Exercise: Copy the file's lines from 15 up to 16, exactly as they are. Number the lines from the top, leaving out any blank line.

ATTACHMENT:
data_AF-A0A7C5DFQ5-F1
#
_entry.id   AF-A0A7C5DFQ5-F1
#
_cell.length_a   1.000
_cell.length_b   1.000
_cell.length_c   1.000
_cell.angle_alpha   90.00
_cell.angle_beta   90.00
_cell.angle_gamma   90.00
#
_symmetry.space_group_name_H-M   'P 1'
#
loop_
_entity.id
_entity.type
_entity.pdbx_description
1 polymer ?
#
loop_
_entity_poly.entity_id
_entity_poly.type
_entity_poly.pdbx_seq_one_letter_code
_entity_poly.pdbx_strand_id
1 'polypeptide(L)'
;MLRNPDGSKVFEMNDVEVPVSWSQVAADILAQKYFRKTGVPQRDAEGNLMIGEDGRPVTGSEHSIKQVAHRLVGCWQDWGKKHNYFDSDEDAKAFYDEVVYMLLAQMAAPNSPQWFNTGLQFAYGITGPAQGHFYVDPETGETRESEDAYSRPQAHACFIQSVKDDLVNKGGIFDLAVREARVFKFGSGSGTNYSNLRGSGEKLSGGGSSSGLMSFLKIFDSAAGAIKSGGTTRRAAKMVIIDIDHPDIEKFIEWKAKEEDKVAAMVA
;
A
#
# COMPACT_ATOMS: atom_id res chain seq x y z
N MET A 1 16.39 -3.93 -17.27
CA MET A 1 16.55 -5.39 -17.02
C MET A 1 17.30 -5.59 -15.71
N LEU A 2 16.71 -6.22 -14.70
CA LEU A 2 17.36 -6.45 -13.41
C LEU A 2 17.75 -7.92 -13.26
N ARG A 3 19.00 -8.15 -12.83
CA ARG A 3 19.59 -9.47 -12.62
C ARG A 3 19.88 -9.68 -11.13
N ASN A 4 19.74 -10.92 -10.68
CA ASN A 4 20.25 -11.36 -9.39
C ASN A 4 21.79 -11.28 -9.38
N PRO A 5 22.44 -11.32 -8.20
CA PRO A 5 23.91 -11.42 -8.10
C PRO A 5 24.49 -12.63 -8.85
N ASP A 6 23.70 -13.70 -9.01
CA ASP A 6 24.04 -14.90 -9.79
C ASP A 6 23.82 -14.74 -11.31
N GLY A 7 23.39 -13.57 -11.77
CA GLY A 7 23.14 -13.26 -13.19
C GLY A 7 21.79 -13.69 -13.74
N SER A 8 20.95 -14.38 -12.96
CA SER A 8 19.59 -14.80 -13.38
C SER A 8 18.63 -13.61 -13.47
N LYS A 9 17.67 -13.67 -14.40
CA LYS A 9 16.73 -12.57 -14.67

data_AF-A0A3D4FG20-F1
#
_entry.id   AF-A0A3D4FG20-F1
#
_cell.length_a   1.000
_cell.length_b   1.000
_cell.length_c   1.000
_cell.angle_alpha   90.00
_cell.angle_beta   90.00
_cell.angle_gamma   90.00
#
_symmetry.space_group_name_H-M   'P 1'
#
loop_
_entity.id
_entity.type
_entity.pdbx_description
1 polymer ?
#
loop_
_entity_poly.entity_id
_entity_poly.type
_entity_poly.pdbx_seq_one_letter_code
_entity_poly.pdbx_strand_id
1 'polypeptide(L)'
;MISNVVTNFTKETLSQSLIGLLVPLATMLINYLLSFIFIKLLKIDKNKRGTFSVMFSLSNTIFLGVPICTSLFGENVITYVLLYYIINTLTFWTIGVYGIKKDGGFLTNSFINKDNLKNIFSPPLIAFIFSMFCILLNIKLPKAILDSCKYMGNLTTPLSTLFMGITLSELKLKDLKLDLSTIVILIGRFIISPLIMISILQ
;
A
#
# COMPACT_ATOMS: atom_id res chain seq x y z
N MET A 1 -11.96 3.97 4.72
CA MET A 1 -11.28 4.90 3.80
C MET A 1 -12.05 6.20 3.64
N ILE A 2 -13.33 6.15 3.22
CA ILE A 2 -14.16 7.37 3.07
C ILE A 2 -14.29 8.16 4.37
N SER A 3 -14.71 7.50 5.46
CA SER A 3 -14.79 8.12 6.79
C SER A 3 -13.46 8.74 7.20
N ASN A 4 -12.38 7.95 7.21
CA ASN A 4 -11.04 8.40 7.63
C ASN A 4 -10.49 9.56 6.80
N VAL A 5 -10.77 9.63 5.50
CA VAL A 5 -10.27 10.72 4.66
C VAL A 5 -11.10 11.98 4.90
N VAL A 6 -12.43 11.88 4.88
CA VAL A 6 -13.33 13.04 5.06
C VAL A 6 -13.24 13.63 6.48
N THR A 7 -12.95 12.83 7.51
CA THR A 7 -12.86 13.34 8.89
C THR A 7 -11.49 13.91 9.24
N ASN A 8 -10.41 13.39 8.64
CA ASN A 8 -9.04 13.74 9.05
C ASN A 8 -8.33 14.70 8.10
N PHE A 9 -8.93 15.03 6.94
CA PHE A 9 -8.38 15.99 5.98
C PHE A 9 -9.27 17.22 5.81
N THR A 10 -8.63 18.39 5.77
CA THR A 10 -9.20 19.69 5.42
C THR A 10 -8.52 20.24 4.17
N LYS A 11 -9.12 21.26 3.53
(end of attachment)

_entity.id
_entity.type